In efforts to avoid a long bus ride, Sonya and I caught a ride with Kofi, a new contact who was driving from Kumasi to Tamale to drop off a medical student. Along the way, we stopped in Techiman so Kofi could meet “briefly” with a local chief about setting up homestays for an undergrad summer research trip. The meeting followed typical Ghanaian form, with the chief leading us into his living room, turning on the TV in the background, and waiting to ask Kofi who he was and why he had decided to come by until after glasses of Coca-cola, Fanta, and Star Beer had been passed around. Finding a place to stay in Tamale turned out to be a bit of a challenge after realizing that Ghana’s recent change in area codes made every single phone number in our guidebook incorrect. After a bit of resourcefulness, we ended up hitting the budget hotel jackpot with a guesthouse run by the Tamale Institute of Cross Cultural Studies.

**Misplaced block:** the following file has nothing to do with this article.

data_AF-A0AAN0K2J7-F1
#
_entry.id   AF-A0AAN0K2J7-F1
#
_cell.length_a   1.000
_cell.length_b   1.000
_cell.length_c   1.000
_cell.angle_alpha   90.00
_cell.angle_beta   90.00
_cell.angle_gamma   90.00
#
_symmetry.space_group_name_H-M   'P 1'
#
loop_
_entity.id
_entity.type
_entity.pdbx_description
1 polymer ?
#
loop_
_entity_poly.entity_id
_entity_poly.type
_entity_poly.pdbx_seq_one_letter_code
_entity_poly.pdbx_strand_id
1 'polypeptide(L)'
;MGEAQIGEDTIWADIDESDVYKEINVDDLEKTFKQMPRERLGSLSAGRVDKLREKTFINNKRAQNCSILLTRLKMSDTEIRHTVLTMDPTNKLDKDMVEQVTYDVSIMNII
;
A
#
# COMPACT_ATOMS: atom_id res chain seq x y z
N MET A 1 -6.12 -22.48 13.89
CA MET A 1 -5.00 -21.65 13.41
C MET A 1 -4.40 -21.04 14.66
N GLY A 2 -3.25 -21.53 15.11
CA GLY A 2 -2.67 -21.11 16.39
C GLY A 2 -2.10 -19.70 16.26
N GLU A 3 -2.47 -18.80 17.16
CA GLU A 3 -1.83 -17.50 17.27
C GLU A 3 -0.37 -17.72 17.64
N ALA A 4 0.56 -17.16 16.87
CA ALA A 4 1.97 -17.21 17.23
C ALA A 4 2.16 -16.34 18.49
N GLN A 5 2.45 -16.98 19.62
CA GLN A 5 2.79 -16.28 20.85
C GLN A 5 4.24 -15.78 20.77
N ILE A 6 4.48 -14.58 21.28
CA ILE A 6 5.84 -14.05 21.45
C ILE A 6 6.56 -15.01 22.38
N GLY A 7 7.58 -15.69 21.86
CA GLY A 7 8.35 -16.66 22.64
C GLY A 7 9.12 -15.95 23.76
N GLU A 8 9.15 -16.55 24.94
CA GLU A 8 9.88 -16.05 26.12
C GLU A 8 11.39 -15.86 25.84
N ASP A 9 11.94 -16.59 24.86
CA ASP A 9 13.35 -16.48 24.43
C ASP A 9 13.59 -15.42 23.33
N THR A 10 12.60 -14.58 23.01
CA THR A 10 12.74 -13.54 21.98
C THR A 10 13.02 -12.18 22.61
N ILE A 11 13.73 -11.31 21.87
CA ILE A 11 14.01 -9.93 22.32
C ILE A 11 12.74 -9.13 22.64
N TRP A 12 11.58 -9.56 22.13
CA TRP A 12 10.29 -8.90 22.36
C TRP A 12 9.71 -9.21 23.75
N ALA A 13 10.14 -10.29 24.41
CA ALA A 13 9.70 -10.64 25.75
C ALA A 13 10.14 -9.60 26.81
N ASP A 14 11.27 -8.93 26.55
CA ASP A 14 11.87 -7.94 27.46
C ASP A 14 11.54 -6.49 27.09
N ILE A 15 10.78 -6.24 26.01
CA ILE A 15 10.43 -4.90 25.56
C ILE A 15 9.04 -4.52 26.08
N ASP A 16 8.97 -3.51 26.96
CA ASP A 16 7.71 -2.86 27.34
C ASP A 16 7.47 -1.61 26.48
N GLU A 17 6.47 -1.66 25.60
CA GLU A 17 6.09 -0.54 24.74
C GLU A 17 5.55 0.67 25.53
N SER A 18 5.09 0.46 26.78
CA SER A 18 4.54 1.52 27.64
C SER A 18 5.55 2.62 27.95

The chairs lining the central garden courtyard (complete with a swing!) are occupied by young people volunteering for unite for sight or working for local NGOs and the breezy “jungle bar” serves a surprising normal tasting cheeseburger. Of course, our first night in Tamale wasn’t without a few power outages and visits from an odd collection of lizards, cats, and an oversized slug.